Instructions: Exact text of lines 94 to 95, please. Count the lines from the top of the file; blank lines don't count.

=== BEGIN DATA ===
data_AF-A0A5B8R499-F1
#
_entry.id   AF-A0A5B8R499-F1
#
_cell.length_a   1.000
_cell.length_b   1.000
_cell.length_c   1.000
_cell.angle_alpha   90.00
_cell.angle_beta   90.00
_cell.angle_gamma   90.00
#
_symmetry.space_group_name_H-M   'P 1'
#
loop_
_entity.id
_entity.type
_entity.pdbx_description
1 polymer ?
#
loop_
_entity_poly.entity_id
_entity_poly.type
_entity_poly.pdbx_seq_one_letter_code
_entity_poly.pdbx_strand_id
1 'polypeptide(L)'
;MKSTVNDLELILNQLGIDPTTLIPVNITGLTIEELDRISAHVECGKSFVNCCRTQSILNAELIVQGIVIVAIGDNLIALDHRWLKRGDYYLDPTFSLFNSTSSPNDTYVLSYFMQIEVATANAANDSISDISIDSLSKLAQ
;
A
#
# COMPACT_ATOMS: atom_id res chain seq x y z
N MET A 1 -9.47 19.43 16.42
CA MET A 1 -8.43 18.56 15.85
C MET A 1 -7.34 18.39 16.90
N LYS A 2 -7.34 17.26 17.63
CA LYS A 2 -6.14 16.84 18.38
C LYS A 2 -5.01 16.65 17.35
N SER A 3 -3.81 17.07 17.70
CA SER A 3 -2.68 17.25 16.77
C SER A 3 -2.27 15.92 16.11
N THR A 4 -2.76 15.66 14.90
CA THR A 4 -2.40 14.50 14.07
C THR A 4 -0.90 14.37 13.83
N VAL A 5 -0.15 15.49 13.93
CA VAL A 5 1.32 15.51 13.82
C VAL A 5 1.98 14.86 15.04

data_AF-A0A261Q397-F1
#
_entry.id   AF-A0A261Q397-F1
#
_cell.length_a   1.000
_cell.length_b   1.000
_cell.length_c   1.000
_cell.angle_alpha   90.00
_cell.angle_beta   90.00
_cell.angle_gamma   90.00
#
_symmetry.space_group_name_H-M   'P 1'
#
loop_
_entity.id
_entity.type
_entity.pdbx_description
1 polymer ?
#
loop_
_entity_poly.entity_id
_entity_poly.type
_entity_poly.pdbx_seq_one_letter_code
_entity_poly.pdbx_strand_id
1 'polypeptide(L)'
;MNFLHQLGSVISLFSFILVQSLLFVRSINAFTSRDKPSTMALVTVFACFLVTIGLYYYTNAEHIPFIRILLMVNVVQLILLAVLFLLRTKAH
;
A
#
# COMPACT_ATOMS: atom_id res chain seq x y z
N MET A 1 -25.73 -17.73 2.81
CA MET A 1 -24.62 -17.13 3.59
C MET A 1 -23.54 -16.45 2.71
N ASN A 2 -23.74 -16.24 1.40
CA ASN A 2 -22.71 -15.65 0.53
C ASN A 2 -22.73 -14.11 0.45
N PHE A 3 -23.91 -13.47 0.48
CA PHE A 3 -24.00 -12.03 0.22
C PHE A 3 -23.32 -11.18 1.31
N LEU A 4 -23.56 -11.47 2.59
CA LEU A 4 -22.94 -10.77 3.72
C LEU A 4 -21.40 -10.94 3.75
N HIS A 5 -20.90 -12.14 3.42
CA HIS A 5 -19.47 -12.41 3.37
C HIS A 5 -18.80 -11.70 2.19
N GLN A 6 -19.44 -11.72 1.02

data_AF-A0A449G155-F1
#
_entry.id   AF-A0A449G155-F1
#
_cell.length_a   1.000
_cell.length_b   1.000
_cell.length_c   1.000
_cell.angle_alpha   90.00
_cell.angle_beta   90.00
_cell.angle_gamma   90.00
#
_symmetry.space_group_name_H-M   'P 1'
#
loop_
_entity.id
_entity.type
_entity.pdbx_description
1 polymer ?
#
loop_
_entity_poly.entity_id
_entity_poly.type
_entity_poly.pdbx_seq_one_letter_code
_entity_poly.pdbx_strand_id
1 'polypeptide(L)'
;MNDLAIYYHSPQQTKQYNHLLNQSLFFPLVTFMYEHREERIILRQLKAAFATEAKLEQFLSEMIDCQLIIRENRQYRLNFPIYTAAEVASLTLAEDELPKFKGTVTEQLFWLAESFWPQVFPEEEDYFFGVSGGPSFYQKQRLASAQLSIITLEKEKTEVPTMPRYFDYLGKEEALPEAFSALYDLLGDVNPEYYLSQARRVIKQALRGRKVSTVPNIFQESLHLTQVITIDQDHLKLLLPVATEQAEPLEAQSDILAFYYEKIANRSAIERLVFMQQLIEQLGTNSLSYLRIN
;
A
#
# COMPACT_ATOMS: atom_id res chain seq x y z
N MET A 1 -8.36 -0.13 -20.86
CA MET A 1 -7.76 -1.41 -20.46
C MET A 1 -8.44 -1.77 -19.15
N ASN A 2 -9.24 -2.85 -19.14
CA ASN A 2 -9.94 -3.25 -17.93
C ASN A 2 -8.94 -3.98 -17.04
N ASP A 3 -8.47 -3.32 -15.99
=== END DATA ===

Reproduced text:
_entry.id   AF-A0A449G155-F1
#